There’s a lot to discuss on today’s topic Sendinblue vs Mailchimp. Since Mailchimp started charging users per contact, as opposed to just subscribed contacts (which was previously the case), let’s see how it fares next to a service that didn’t set a cap on contacts, Sendinblue. This Parisian company is growing rapidly around the world, currently providing its services to more than 80,000 customers.
Sendinblue vs Mailchimp – Ease of Use
Many people are drawn to Mailchimp because of its seemingly easy-to-use software. However, because some functions are sometimes hard to find (for instance, how to add opt-in for new sign-ups) it could still be slightly more intuitive for the complete beginner. That said, it does have a well-designed backend that is easy to navigate, and they do a good job of making sure you’ve completed all the necessary steps when setting up a new campaign.
Sendinblue has also done a pretty good job in this regard. Their drag and drop editor is fast and offers all the pre-set options you’ll need. They also guide you through each step so you know that you haven’t forgotten anything. They also offer the option to revert back to previous versions of the email, which is super useful. Keep reading to learn more on Sendinblue vs Mailchimp.
Design and Flexibility
Mailchimp has more than 100 templates (or ‘themes’, as they call them), which are mobile responsive and not bad looking at all. These are easy to tweak to your liking and can be saved so that you can re-use them across all campaigns. You can also create your own HTML templates via code, URL, or .ZIP file.
You can filter the templates by category, making it easier to find what you’re looking for. You can also do this with Sendinblue, however, there aren’t quite as many designs to choose from and they don’t look quite as modern as Mailchimp’s.
One thing Mailchimp users have a real issue with is list management as Mailchimp charge per subscriber. This means that if you have the same contact on different lists, you’ll be paying for them multiple times.
The process of setting up lists and segmenting contacts is much simpler with Sendinblue. Use contact field criteria and behavior (email opens, clicks, etc.) to filter contacts and save the list to use in your campaigns. You can add multiple conditions and you can also automate it so that when a new subscriber signs up they are added to a particular list based on a particular condition.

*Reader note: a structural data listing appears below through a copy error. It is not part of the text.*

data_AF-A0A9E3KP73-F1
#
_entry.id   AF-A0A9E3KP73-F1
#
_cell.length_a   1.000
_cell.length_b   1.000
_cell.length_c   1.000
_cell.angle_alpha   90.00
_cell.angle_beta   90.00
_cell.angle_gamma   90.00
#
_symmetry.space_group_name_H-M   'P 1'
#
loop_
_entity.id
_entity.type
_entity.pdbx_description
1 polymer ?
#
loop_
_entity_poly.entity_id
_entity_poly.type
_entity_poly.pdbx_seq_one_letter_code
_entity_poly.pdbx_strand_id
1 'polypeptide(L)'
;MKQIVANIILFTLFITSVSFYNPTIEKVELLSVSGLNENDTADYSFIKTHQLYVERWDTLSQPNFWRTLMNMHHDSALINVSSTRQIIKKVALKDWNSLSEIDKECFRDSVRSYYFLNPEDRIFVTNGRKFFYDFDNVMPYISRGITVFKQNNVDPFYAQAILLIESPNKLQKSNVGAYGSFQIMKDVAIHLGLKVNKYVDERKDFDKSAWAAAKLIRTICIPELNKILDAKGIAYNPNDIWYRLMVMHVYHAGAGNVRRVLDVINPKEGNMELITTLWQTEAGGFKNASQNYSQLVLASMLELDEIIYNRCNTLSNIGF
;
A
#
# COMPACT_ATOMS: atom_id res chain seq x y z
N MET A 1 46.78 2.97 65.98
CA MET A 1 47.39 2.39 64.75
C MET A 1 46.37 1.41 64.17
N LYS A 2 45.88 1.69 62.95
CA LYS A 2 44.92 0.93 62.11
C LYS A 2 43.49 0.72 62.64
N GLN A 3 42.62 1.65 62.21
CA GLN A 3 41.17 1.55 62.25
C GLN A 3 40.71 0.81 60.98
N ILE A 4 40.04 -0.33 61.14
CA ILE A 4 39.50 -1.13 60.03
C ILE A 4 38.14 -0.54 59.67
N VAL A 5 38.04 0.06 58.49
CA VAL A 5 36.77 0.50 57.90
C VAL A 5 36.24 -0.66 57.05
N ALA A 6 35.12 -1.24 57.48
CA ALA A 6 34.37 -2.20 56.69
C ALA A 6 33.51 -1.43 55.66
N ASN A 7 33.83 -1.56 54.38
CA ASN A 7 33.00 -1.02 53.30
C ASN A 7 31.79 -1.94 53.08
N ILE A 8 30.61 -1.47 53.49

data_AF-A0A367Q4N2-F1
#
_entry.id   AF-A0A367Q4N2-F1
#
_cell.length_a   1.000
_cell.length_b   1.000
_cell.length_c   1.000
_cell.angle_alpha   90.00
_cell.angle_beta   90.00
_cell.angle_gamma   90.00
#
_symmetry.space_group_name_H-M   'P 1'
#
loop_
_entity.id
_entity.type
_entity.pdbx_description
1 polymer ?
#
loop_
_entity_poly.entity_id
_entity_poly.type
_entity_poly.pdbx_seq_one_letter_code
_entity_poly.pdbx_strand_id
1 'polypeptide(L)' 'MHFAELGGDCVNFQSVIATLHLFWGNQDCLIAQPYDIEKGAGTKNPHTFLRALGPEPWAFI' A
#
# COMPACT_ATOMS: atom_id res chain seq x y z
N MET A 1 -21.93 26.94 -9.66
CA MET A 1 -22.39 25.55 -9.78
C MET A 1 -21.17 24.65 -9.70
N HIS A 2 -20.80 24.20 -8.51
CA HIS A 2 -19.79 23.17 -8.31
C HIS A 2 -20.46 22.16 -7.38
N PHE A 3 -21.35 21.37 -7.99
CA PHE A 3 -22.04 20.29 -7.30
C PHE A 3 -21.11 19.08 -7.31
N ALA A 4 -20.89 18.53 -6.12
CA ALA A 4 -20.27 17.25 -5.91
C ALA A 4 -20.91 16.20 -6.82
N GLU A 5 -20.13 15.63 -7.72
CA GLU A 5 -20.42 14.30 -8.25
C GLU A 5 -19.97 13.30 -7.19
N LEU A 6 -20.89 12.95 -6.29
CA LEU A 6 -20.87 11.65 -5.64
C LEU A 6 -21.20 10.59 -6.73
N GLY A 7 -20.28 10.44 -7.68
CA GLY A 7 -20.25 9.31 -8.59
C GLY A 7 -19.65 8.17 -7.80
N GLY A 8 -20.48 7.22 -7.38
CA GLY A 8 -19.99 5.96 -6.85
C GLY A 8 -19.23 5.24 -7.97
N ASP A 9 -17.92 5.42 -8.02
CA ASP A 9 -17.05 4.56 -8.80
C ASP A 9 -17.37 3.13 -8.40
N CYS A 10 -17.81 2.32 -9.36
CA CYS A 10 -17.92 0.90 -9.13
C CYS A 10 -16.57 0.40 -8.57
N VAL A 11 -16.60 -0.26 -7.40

Mailchimp boasts that they have ‘All the automation triggers’. And whilst that it is the case, the editor isn’t all that visual. Setting up automation can sometimes feel like a daunting task, which is why it helps to see the flow of your emails and timings laid out like a family tree.
Sendinblue allows you to set up some pretty advanced triggered campaigns, based on contact data, email engagement, web behavior, and e-commerce activity. Sendinblue are also transactional email pros since this is how they started out in 2012.
A standard feature, but definitely not something to skip over. It’s not that easy to know where to go in order to create a registration form in Mailchimp as it doesn’t appear in the main navigation. It’s actually nestled under the “Audience” tab. When new subscribers sign up, they’ll be put on the list (or audience) you choose, though they can only be on one if you want to avoid being charged again.
Sendinblue, on the other hand, allows subscribers to select which list(s) they want to be opted into (for example, based on interest or industry), which is pretty cool. Sendinblue’s updated editor is a pleasure to use, making the whole process a breeze.
Both Mailchimp and Sendinblue offer the following reporting features:
- Email performance (opens, clicks, bounces, unsubscribes, etc.)
- Links clicked
- Automation report
However, Sendinblue is missing social and e-commerce reports. You can track conversions through both providers and Google Analytics integration is also available.
Mailchimp, being as well known as it is, integrates with hundreds of tools. You should be able to connect just about every tool you need, except for Shopify, strangely. Sendinblue doesn’t have nearly as many direct integrations available, though, like Mailchimp, they are part of Zapier’s library.
Although Mailchimp offers freemium and pay-as-you-go plans, the fact that they now charge users for unsubscribed contacts and those who haven’t confirmed opt-in can make their service quite expensive and therefore unattractive for many marketers and small business owners. Compared to other email marketing tools they’re not the most expensive, but when put against Sendinblue, Mailchimp comes out pretty steep.
Sendinblue, which doesn’t set a cap on contacts, charges per the number of emails sent. This makes it one of the most affordable all-in-one providers on the market and also a great option for those who have a high number of contacts but send just one or two emails a month. More research can be done on Google.